The London Lightning are the first champions of the National Basketball League of Canada, winning the title, 116-92, over the Halifax Rainmen Sunday in London, Ontario.
While the final score seems a little one-sided, believe it when we say that the final was a very close series.
London grabbed a 2-0 lead in the best-of-five and for a while it looked like a three-game sweep. The first two games were played in London and won by the home team.
Game Three was at the Halifax Metro Centre and for most of that game, London led. In fact, they led by five points with a minute left in the game and saw "the miracle at the Metro Centre' as Halifax scored six in the last 60 seconds to win the game.
A closer Game Four for Halifax - a win - and the series was tied for the final game in London. The victory by Halifax made it the first time that London lost back-to-back games all year.
That set the stage for the final Game Five.
It was a one-point differential after the third quarter before London took over and dominated the fourth; the London Lightning becoming the very first champions of the NBL Canada.
But the London win is really not the story. The story is this newly formed league of seven franchises that made it through the season without a stumble.
Oh, I am sure there were some, but this fledging league kept whatever concerns to themselves. No teams folded. No games cancelled. No showing up on the court with six or seven players. Don't laugh; this was the norm in the other minor pro leagues that Halifax, Quebec and Saint John went through.
For Halifax (the Rainmen), Quebec (Kebs) and Saint John (the MillRats), they had a history in two of the most pathetic minor pro leagues in North America.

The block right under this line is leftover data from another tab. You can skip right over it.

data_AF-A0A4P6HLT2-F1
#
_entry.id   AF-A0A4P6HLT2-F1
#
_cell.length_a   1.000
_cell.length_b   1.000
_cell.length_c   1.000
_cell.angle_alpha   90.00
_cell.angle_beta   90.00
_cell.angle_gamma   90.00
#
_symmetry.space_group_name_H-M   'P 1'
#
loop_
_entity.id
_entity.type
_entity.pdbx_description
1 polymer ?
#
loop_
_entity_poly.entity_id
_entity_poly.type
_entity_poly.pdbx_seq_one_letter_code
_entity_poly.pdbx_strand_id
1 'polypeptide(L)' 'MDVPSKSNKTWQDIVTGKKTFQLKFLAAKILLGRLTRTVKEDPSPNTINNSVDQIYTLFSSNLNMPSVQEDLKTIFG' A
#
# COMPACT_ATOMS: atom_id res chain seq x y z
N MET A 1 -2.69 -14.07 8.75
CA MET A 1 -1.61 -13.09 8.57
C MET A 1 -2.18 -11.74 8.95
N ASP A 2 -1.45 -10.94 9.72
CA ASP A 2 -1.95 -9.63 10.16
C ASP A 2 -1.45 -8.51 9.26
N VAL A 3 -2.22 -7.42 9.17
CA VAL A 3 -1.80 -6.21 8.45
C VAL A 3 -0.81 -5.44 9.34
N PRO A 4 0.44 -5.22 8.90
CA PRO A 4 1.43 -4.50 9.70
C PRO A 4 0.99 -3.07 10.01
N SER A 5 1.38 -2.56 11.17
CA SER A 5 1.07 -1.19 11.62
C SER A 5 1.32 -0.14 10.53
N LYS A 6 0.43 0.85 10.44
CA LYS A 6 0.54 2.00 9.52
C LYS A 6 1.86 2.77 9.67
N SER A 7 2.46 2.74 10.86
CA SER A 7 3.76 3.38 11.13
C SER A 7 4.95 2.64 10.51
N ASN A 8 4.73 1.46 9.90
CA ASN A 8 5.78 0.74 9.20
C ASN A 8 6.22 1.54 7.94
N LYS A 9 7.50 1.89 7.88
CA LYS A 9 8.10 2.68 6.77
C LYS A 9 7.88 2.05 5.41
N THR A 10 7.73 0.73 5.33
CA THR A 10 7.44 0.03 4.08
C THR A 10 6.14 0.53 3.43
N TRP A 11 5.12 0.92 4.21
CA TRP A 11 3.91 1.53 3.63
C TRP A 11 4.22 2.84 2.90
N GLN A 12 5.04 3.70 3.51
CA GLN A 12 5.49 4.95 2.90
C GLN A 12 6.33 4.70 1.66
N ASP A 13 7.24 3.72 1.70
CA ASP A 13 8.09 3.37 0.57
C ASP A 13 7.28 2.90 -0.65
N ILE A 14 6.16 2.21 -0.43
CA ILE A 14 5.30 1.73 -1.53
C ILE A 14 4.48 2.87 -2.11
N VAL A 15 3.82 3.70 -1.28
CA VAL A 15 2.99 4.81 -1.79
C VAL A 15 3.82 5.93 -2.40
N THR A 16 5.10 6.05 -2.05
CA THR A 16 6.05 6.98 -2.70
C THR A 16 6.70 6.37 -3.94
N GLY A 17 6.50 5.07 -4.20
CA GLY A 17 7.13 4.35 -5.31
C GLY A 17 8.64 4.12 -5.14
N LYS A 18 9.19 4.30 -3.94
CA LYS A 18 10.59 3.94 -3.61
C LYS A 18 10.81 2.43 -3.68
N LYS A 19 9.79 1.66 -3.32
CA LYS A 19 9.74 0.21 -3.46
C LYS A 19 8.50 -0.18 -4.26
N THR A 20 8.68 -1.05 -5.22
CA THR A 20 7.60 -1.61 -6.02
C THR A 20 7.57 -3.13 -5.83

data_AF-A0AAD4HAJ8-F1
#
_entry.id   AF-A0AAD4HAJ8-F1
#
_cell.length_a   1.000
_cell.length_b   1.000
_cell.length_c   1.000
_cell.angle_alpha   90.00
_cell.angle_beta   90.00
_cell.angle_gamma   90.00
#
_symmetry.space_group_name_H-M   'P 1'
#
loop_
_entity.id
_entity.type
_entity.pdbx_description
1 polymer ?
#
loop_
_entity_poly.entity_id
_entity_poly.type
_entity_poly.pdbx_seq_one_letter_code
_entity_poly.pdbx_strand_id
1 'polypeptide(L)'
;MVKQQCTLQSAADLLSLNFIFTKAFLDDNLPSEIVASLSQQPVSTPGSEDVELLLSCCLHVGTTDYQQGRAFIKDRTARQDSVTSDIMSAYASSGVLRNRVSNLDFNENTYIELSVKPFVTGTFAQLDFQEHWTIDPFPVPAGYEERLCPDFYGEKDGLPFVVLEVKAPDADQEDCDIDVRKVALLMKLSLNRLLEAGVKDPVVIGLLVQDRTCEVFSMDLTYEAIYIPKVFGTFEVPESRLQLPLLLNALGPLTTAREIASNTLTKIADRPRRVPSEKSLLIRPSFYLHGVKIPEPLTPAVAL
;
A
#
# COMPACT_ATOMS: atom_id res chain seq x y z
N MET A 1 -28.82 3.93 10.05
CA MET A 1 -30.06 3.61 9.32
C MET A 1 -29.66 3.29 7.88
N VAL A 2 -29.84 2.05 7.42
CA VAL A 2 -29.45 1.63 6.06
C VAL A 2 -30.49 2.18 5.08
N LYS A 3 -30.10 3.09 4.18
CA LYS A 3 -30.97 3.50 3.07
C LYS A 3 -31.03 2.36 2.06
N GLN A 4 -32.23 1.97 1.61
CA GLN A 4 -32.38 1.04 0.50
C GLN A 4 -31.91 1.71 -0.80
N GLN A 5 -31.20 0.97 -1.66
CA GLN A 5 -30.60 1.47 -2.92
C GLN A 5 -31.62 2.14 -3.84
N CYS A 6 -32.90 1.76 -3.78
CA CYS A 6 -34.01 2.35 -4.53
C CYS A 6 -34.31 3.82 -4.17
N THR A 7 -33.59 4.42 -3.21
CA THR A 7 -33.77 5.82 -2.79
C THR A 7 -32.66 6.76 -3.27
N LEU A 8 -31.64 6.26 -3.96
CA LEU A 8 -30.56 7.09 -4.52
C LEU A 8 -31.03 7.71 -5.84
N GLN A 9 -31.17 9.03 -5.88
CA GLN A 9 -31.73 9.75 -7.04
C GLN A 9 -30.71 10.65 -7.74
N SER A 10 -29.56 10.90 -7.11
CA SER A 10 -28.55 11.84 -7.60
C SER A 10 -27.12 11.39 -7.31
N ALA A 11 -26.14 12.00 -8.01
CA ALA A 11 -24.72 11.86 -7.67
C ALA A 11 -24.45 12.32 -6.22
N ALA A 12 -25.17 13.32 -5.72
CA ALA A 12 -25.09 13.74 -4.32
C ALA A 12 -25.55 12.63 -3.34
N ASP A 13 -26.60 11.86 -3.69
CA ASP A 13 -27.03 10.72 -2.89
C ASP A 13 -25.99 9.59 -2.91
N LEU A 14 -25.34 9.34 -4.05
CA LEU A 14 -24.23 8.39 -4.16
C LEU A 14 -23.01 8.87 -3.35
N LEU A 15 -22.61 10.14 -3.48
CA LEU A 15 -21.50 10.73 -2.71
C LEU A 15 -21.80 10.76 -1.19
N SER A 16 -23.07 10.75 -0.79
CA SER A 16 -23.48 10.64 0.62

Three years ago they were in the ABA (American Basketball Association) which in covering sports since the 60's I've never seen anything like it. There were tons of teams in the ABA - as many as 70 or 80 in many divisions. Some divisions had sixteen teams while some had three and one had only themselves (I kid you not). In the initial year of the Rainmen, no less than 15-20 teams folded.
Many times teams showed up in Halifax with six players - yes six - to play a pro game against a home squad with 12. The reason was many players were not allowed to cross the border for dubious or nefarious deeds committed in the United States.
There's a story going round that one General Manager travelled on the road with four or five players. He'd hit a new town, ask for directions to the local YMCA and sign two or three players to one-game contracts.
The Utah Dream folded five years ago and they were replaced the very next night by the Utah Stars. Players travelled from Buffalo to Rochester but would not play unless Rochester gave them money for gas.
There are 100 horror stories from the ABA in the two years I followed Halifax, the Kebs and Millrats.
Then there was the PBL (Premiere Basketball League). They were a bit better but had a franchise that folded within a month of starting. They also had a team kicked out of the league only to be ordered back by a court.